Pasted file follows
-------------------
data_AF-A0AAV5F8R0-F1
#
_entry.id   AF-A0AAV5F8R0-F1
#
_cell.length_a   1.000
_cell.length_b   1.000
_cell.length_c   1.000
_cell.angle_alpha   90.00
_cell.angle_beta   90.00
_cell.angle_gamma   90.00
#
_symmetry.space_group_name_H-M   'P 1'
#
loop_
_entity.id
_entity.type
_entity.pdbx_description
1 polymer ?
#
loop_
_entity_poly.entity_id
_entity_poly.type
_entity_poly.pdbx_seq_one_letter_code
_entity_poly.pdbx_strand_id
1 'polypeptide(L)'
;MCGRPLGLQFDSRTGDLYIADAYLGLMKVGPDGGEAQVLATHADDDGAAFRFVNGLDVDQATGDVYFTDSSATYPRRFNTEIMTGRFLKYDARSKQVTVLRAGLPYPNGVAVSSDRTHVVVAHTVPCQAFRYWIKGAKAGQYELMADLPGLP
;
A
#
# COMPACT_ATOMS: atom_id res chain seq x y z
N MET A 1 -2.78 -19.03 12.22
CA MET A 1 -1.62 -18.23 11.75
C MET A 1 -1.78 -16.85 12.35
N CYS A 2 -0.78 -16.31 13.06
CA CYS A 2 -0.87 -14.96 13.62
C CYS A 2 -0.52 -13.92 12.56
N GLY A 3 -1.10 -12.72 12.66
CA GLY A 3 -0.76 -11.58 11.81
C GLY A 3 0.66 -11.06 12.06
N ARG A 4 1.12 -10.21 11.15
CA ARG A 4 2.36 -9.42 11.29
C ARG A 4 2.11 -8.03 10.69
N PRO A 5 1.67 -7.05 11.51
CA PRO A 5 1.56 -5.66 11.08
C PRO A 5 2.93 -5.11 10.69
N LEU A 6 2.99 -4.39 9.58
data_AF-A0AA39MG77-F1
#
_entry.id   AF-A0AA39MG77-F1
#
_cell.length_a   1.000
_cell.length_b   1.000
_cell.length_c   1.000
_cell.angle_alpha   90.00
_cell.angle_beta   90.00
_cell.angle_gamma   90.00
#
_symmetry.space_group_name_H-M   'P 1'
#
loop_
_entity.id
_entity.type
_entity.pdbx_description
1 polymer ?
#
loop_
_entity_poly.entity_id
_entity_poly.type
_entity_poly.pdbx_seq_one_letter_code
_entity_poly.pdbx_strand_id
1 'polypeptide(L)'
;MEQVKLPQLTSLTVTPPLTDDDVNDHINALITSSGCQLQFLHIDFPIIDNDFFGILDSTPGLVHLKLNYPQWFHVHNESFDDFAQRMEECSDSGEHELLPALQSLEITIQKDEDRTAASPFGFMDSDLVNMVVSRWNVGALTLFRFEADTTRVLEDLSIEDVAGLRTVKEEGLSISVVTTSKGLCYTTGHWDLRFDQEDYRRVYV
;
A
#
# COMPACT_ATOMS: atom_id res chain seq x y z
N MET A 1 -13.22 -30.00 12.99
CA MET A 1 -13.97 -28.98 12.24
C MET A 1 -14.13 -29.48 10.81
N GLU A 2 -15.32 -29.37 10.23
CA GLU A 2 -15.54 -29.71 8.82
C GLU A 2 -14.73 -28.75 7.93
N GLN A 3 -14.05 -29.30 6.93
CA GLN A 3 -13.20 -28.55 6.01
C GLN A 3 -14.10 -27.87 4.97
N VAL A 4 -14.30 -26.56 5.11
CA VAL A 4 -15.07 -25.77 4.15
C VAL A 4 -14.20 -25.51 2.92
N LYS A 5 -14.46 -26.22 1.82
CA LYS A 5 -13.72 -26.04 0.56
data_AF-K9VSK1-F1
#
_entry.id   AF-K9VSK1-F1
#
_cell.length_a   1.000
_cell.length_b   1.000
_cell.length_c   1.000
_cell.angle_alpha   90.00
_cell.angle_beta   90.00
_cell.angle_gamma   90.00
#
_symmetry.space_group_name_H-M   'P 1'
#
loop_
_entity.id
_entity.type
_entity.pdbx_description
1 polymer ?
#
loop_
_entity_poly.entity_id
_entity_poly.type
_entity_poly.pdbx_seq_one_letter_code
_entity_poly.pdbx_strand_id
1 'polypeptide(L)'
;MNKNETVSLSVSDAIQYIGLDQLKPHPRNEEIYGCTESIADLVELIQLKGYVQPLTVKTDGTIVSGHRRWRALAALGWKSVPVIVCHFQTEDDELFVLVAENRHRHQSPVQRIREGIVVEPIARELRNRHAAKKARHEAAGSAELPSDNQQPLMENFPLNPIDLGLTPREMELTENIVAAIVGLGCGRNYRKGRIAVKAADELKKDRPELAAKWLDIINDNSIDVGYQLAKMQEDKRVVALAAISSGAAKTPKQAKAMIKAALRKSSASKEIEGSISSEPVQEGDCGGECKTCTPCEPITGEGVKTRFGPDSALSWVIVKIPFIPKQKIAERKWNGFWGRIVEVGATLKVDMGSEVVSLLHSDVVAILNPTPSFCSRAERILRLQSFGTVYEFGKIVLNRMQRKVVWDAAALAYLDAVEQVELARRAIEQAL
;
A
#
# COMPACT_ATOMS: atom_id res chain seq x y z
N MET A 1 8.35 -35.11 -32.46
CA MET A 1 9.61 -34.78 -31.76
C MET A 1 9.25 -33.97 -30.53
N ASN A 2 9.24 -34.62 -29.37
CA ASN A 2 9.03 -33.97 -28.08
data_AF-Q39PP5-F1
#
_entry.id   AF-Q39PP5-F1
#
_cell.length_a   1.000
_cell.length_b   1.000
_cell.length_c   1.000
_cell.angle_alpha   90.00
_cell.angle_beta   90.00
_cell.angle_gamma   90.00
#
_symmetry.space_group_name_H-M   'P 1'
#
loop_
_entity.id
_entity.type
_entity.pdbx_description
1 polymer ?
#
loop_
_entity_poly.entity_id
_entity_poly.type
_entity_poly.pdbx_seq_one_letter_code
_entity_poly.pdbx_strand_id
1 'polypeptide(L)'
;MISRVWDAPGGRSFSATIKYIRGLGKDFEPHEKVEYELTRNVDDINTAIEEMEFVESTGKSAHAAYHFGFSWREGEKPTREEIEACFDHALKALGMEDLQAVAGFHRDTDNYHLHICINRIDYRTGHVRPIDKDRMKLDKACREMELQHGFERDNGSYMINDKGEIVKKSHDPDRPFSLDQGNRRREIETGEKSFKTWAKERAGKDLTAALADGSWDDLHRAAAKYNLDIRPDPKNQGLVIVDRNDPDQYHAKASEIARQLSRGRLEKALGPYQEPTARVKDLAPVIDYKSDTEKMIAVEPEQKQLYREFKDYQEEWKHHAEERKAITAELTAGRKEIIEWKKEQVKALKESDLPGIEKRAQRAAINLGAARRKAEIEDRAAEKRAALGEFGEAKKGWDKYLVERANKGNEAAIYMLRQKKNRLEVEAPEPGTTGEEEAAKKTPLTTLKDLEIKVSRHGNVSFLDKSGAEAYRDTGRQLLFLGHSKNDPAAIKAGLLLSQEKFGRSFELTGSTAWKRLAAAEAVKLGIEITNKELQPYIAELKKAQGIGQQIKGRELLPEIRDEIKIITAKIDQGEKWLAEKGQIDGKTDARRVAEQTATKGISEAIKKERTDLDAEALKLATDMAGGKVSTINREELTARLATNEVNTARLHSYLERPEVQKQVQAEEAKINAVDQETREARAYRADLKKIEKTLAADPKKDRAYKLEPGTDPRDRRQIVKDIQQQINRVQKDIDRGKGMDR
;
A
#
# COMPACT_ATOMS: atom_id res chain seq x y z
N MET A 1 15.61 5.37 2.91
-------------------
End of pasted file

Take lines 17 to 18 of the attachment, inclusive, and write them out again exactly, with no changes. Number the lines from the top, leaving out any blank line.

_entity.pdbx_description
1 polymer ?